Agile IT Transformation

Talking about agile transformation specifically, it’s such a huge topic that I’ve often found myself trying to get my head around how to possibly explain it and where to start.  In terms of my own experience, having successfully transformed two large media companies in the UK, I have found there are 6 broad areas that need to be addressed in order to make a successful transformation to a truly “agile organisation”.  They are shown on the image below:

The first is the vision.  Any transformation will always work best when there is a real business imperative.  “If we don’t change, we’re out of business”.  “In order to survive, we need to be more responsive to customer needs and deliver value earlier”.  “In an increasingly competitive marketplace, we need to be quicker to market or we can’t compete”.  I’m sure you get the picture!  It helps enormously if that imperative is clear to everyone, articulated clearly from the very top of the organisation, and broadly bought into by staff.   Of course it’s possible that Agile isn’t the solution, but I’m talking about cases where there is an acknowledged desire to become agile in response to these kinds of challenges.

The next 4 points are things that must all be addressed for a successful transformation:

  • Structure – the organisational structure may need to be changed to set the teams up for success in an agile environment.  Small teams, business aligned, multi disciplined, ideally co-located, product oriented, shared goals, persistent teams, etc.  This might also include changes to the recharge or funding model of the IT organisation.
  • Principles – of course this is the stuff about ‘being agile’, not just ‘doing agile’.  There are the 4 principles of the agile manifesto, the 7 principles of lean, and the 10 key principles of agile I’ve written about on my blog that attempt to extract the key principles underlying all major agile methodologies.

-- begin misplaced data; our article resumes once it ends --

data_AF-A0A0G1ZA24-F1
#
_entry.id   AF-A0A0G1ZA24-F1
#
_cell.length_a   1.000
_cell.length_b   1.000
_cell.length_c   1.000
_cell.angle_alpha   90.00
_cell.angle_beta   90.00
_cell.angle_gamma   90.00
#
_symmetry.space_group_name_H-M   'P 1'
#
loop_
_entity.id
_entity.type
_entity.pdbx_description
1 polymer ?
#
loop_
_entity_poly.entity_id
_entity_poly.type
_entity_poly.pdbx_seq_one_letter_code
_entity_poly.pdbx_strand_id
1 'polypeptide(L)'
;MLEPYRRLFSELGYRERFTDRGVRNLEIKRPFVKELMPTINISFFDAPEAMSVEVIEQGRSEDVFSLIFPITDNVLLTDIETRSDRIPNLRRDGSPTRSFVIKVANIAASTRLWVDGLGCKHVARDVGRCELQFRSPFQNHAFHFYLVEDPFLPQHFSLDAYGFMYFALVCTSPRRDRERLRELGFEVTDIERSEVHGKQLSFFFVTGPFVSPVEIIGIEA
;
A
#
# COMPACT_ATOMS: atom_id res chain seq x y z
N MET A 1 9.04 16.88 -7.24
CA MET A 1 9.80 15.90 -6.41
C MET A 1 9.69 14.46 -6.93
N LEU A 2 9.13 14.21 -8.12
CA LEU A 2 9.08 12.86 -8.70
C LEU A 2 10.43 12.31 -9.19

• Practices – this is obviously the stuff about ‘doing agile’.  There are the most popular methodologies of Scrum, XP and Lean/Kanban, and the set of practices most commonly used by agile teams.
  • Technology – and then there’s the need to invest in technology to support a more flexible, adaptive (agile) environment.  Things like deployment automation, automated tests, CI, and potentially an investment in architecture to make the applications more adaptive in nature.

Underpinning all of this is a need for strong leadership.  The courageous executive.  Leadership to make all this change happen.  And also a completely different style of leadership than we see in most large organisations whose traditional culture is command and control.  This is the stuff Jim Highsmith touches on in his excellent paper ‘Adaptive Leadership‘.

Agile practices may be simple, but no wonder agile transformation is hard, especially if you’re trying to make the change on a large scale and while in flight.  It’s not like changing the wheels of an aircraft while it’s in flight, it’s more like re-engineering the whole thing!

Kelly.

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